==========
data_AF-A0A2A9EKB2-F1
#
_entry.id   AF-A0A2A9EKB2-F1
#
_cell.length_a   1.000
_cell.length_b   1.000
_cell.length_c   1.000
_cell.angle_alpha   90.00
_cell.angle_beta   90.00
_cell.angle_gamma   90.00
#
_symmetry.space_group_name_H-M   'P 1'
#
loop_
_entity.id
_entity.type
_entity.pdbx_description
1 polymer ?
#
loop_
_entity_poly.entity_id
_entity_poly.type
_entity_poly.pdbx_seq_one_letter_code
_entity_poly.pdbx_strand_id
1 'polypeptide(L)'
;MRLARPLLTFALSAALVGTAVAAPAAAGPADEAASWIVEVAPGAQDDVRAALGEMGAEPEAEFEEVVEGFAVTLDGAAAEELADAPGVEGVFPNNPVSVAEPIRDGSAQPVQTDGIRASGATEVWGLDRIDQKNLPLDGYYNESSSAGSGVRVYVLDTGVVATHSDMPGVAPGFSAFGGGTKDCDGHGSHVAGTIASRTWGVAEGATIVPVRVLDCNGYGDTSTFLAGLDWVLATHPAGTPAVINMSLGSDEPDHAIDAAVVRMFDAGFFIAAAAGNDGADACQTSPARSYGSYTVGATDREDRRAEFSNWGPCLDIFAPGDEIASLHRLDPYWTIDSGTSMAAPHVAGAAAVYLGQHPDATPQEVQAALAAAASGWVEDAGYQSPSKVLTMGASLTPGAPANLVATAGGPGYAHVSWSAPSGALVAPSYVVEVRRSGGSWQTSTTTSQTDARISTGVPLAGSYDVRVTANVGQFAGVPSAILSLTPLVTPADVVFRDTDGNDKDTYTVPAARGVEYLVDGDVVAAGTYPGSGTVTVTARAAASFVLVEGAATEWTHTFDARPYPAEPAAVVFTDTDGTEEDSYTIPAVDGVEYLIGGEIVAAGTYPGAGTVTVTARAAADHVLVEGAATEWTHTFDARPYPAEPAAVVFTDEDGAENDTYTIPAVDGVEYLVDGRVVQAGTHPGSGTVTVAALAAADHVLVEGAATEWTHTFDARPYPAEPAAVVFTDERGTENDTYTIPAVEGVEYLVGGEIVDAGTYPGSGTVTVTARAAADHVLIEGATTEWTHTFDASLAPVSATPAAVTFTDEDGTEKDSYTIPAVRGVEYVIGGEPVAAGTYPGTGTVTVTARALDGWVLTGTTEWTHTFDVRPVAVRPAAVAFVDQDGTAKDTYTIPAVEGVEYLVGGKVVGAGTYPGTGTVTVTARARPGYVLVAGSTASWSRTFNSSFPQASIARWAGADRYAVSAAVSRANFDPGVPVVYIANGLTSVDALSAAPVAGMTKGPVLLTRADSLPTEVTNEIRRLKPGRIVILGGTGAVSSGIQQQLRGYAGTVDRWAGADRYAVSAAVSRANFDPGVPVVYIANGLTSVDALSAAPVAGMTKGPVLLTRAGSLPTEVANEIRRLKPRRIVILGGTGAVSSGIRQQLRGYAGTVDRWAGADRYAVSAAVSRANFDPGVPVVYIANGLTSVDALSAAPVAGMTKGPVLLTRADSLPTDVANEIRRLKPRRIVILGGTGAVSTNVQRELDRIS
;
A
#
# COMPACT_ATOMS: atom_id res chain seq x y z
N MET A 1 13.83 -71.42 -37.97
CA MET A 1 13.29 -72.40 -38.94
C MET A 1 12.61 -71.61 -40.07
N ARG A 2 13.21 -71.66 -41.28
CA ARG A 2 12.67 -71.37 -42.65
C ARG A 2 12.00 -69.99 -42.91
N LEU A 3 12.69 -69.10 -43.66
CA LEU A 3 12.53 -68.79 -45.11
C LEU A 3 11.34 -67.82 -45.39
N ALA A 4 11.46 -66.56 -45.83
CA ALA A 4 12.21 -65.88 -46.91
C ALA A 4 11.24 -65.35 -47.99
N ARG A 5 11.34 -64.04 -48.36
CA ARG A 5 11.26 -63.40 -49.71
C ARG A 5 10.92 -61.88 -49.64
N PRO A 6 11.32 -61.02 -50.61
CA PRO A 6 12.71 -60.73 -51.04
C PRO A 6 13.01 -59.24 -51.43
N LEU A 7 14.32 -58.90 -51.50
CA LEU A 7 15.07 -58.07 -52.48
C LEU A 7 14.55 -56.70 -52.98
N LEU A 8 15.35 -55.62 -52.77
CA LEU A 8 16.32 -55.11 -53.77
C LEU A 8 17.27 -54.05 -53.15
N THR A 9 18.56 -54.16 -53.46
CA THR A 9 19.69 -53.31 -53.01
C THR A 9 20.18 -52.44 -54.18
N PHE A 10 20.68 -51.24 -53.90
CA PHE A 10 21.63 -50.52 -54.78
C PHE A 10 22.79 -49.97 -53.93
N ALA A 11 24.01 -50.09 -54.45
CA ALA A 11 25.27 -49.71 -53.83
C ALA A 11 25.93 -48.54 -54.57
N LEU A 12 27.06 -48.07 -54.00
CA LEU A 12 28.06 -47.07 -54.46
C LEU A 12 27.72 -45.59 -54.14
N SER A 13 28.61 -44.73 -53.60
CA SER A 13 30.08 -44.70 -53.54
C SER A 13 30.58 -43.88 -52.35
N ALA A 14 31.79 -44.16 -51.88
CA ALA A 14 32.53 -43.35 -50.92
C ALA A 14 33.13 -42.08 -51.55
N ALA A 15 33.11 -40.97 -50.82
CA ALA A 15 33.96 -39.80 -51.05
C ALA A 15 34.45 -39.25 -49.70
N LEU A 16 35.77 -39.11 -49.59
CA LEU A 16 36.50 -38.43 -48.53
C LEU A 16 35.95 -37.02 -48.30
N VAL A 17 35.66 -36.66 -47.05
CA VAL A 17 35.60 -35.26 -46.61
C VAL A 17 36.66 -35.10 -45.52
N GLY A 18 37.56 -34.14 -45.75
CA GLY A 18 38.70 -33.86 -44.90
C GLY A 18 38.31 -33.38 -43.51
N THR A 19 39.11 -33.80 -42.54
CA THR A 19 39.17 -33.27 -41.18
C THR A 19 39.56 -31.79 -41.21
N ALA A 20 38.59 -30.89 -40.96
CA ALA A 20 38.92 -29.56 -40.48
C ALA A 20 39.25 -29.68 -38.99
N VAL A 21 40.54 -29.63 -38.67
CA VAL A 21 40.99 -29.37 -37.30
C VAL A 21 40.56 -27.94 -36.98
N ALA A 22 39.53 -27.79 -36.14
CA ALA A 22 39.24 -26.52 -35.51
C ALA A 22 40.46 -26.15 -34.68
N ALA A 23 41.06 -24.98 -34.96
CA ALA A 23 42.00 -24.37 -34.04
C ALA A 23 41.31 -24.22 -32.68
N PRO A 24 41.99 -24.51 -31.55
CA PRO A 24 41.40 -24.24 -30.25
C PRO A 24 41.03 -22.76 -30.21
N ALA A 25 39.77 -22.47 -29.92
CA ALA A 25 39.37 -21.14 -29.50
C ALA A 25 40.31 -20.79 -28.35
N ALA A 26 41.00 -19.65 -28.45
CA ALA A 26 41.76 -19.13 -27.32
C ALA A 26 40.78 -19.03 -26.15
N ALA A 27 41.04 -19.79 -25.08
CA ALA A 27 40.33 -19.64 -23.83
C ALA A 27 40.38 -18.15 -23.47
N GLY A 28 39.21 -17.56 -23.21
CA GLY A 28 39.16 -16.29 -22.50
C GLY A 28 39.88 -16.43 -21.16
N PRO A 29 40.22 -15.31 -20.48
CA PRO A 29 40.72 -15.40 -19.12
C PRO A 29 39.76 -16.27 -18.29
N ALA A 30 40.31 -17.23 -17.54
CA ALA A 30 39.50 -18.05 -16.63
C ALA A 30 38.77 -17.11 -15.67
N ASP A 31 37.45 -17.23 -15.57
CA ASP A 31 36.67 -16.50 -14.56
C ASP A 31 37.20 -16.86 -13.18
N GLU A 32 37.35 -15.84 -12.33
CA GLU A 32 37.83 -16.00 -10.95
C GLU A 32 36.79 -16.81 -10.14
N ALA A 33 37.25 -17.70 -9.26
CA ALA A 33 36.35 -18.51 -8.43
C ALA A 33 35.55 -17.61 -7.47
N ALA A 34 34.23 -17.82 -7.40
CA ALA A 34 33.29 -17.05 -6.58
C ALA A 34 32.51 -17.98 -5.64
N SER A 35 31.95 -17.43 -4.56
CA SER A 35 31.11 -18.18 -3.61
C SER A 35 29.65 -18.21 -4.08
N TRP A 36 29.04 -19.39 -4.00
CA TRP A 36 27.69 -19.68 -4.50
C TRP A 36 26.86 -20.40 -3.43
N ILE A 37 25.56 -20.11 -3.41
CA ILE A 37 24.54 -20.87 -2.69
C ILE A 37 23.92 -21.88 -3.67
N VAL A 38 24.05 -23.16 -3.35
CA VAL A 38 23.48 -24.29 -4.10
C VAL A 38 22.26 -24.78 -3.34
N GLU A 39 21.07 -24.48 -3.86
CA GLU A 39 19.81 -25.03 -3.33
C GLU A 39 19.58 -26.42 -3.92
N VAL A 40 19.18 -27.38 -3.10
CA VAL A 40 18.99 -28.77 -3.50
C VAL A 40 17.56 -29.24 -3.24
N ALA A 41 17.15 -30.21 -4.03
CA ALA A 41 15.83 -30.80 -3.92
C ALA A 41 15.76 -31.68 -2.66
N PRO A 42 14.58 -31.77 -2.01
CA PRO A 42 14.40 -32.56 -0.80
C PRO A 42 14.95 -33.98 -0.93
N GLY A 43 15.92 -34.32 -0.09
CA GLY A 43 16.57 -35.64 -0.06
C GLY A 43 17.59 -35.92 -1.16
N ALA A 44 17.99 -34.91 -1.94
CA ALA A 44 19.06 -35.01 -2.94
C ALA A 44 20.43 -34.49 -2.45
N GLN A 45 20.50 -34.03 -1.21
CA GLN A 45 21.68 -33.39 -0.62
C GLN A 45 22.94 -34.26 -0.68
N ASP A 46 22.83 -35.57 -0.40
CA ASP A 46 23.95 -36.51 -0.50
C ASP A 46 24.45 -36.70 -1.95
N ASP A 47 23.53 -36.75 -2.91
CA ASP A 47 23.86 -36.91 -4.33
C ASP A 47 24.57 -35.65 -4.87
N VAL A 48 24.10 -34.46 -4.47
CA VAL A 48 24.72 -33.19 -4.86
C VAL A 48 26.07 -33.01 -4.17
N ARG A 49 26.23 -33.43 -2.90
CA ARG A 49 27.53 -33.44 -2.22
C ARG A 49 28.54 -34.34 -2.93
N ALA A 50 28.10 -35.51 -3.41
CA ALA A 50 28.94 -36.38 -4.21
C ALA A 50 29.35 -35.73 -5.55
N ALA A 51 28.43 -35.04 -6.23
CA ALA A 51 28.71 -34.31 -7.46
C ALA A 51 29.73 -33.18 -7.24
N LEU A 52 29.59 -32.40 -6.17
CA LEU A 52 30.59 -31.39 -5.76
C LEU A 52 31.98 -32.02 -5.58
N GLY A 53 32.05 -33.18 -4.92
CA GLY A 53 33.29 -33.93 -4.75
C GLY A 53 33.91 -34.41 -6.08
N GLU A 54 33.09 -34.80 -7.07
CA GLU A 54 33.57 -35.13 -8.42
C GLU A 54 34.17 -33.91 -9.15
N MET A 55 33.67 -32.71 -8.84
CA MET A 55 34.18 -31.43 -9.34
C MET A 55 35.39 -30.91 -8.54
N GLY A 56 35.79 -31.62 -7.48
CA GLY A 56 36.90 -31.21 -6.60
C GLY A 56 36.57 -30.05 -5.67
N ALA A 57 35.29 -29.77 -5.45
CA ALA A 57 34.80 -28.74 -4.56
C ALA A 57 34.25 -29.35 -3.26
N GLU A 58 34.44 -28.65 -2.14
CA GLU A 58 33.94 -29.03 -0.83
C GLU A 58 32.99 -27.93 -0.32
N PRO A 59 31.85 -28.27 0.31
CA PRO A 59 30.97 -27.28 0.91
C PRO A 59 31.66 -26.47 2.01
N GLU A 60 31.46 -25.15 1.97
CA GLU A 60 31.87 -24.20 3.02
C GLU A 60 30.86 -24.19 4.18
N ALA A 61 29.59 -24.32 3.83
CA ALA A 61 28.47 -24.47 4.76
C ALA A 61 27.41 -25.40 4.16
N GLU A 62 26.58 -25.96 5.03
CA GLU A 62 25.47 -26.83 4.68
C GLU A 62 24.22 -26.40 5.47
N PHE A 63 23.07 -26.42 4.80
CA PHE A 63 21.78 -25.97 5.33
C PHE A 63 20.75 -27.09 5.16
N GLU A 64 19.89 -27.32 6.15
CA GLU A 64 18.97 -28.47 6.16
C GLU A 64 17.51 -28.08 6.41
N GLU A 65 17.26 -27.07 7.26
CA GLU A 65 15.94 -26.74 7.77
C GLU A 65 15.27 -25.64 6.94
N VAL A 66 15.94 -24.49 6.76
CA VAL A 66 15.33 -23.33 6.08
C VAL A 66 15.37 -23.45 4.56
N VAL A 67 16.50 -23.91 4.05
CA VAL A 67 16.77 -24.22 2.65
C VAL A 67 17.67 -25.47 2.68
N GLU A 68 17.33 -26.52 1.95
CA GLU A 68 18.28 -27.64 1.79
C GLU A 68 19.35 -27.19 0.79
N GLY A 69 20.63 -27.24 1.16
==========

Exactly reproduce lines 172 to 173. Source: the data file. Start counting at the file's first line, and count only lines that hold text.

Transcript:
N VAL A 48 24.10 -34.46 -4.47
CA VAL A 48 24.72 -33.19 -4.86